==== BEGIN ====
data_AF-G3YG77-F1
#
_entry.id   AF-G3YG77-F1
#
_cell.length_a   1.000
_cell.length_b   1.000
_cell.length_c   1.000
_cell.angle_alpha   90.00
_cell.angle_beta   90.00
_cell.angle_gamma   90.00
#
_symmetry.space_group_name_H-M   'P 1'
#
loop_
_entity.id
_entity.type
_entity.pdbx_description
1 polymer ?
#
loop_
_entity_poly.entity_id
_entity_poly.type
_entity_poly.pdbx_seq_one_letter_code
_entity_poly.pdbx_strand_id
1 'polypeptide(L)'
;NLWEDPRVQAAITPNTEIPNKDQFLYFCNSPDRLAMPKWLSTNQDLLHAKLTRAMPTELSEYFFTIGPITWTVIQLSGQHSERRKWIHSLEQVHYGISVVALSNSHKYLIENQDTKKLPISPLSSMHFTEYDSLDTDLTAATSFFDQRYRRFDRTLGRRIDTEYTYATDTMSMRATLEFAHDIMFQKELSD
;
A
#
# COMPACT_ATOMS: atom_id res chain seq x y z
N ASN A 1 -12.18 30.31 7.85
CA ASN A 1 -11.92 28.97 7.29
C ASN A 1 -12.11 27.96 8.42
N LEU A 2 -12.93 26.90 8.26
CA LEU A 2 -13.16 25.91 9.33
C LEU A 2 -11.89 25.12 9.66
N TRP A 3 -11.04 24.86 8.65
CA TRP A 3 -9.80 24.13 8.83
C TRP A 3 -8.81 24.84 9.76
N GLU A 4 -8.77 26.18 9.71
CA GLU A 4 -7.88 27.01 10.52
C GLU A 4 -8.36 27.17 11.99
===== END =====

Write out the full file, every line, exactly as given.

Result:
data_AF-G3YG77-F1
#
_entry.id   AF-G3YG77-F1
#
_cell.length_a   1.000
_cell.length_b   1.000
_cell.length_c   1.000
_cell.angle_alpha   90.00
_cell.angle_beta   90.00
_cell.angle_gamma   90.00
#
_symmetry.space_group_name_H-M   'P 1'
#
loop_
_entity.id
_entity.type
_entity.pdbx_description
1 polymer ?
#
loop_
_entity_poly.entity_id
_entity_poly.type
_entity_poly.pdbx_seq_one_letter_code
_entity_poly.pdbx_strand_id
1 'polypeptide(L)'
;NLWEDPRVQAAITPNTEIPNKDQFLYFCNSPDRLAMPKWLSTNQDLLHAKLTRAMPTELSEYFFTIGPITWTVIQLSGQHSERRKWIHSLEQVHYGISVVALSNSHKYLIENQDTKKLPISPLSSMHFTEYDSLDTDLTAATSFFDQRYRRFDRTLGRRIDTEYTYATDTMSMRATLEFAHDIMFQKELSD
;
A
#
# COMPACT_ATOMS: atom_id res chain seq x y z
N ASN A 1 -12.18 30.31 7.85
CA ASN A 1 -11.92 28.97 7.29
C ASN A 1 -12.11 27.96 8.42
N LEU A 2 -12.93 26.90 8.26
CA LEU A 2 -13.16 25.91 9.33
C LEU A 2 -11.89 25.12 9.66
N TRP A 3 -11.04 24.86 8.65
CA TRP A 3 -9.80 24.13 8.83
C TRP A 3 -8.81 24.84 9.76
N GLU A 4 -8.77 26.18 9.71
CA GLU A 4 -7.88 27.01 10.52
C GLU A 4 -8.36 27.17 11.99